One problem with the Web: It's too darn big. Who has time to keep up with its immeasureable updates? You could spend all day trolling around online, looking for the freshest headlines and content on your favorite sites. Wouldn't it be nice if there were a way of gathering all the new things on frequently updated sites (like blogs, news feeds, or podcasts) and sending them out to you?
Hang onto your cowboy hat, because that's where Real Simple Syndication (RSS) comes in. Odds are you've seen the little orange button with either the letters RSS or XML, or sometimes a little radar-looking symbol, on at least one of your favorite Web sites (like, for instance, the Edutopia.org RSS feed). The button means that the Web site offers its content as an RSS "feed," which is simply a list of new articles, usually with just a title and a short description. The little button is a link to that feed. Subscribe to these feeds and these sites will get in contact with you electronically when they offer new content.
First, you need an RSS reader program, which will take the feed and make it easy to read. Dozens exist for every platform. Enter "RSS Feeder" into your favorite search engine and try some out.
Then, find a site that offers a feed you find interesting and get ready to subscribe. Right-click on the orange button and select "Copy Short-cut." (Mac users: Control-click and select "Copy Link.") Open your RSS reader program and select "New Subscription." Paste the link into the subscription field and press Enter.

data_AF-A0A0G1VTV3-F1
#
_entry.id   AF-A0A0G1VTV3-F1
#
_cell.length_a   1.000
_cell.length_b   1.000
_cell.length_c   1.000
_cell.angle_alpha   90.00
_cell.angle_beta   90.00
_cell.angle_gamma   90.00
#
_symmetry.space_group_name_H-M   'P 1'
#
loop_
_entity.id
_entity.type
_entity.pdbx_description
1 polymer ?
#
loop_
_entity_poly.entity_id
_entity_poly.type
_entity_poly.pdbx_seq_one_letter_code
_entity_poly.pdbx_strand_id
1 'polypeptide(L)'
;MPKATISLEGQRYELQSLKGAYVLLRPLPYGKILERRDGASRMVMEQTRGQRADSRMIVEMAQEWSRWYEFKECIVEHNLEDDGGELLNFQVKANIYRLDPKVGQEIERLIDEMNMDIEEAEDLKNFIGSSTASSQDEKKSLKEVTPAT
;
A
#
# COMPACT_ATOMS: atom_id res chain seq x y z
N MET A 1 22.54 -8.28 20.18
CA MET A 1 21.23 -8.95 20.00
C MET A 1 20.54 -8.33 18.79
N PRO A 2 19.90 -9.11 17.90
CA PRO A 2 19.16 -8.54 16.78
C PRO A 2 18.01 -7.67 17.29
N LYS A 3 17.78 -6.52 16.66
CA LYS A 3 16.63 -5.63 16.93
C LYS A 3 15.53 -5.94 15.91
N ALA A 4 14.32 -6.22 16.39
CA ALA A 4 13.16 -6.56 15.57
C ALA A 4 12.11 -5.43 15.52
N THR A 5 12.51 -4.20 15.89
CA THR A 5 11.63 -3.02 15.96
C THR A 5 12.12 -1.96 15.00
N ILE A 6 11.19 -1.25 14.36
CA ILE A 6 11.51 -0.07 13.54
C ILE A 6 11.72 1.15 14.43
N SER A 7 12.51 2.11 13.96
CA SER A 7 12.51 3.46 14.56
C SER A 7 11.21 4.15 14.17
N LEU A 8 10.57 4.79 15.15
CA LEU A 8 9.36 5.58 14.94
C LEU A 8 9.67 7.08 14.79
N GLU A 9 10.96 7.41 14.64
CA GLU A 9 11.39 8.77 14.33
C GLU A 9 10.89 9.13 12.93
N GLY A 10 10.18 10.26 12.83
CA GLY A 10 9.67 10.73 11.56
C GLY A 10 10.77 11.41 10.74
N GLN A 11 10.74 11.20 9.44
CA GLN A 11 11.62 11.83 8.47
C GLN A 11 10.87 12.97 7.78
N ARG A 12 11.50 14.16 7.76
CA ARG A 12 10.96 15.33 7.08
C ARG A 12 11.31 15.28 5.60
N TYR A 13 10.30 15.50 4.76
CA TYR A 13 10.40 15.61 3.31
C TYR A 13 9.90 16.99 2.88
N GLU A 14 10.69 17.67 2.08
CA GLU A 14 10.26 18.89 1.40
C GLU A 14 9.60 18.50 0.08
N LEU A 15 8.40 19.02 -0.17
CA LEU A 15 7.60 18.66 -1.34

Your reader program follows that link and downloads a fresh list of new story topics. Click on the story link and your Web browser opens the full article. Subscribe to multiple sites and your reader program will check each one for new content whenever you want!
One caveat: If you're using an older Web browser like Internet Explorer 6, and you click on that RSS link, you may see a page full of ghastly code instead of a nicely formatted list. That's because RSS is actually a different kind of information than the browser is used to seeing. Older browsers just don't understand RSS, which brings us to the RSS reader.
The real beauty of feeds is that they can be used in many ways and are not just limted to RSS readers. Many Web sites these days -- Google.com and Yahoo.com, for example -- allow registered users to create custom home pages using feeds. By using RSS, users get more control over what they see and when, and save themselves time as well.
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Geoff Butterfield is senior technical Web producer for Edutopia.